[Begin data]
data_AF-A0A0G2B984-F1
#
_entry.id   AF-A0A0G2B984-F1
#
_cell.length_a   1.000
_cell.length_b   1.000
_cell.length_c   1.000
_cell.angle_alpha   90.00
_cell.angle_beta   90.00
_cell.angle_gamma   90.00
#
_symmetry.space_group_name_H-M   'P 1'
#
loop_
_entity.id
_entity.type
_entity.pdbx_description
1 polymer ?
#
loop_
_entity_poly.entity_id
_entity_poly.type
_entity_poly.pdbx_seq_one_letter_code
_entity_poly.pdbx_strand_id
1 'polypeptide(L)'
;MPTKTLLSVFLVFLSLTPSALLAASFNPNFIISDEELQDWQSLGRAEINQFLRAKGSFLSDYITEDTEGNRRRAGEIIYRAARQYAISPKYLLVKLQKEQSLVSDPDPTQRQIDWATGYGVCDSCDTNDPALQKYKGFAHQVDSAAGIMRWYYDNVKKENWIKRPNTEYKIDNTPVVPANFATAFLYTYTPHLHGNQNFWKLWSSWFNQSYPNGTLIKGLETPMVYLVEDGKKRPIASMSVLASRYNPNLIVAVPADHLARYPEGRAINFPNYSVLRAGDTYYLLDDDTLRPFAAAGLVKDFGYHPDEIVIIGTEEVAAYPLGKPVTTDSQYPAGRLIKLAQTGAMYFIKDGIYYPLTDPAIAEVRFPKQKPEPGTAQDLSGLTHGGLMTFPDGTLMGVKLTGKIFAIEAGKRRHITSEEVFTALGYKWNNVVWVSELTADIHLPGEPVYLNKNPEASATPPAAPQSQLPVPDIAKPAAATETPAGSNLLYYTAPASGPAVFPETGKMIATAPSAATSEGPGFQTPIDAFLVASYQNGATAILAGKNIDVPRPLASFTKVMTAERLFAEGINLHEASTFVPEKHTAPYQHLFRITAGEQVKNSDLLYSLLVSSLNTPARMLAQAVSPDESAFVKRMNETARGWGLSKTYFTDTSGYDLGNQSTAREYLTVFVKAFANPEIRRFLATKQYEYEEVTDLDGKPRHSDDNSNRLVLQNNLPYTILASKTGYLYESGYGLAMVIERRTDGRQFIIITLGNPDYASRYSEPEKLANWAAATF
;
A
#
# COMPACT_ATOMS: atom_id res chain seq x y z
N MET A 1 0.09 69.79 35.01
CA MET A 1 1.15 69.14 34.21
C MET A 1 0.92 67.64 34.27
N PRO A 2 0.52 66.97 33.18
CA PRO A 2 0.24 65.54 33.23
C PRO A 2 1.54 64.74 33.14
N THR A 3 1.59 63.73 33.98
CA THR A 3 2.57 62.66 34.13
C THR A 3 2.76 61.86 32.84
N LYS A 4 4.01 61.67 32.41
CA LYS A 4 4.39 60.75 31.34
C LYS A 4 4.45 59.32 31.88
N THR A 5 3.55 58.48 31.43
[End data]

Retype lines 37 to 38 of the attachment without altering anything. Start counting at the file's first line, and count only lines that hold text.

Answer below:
N THR A 3 1.59 63.73 33.98
CA THR A 3 2.57 62.66 34.13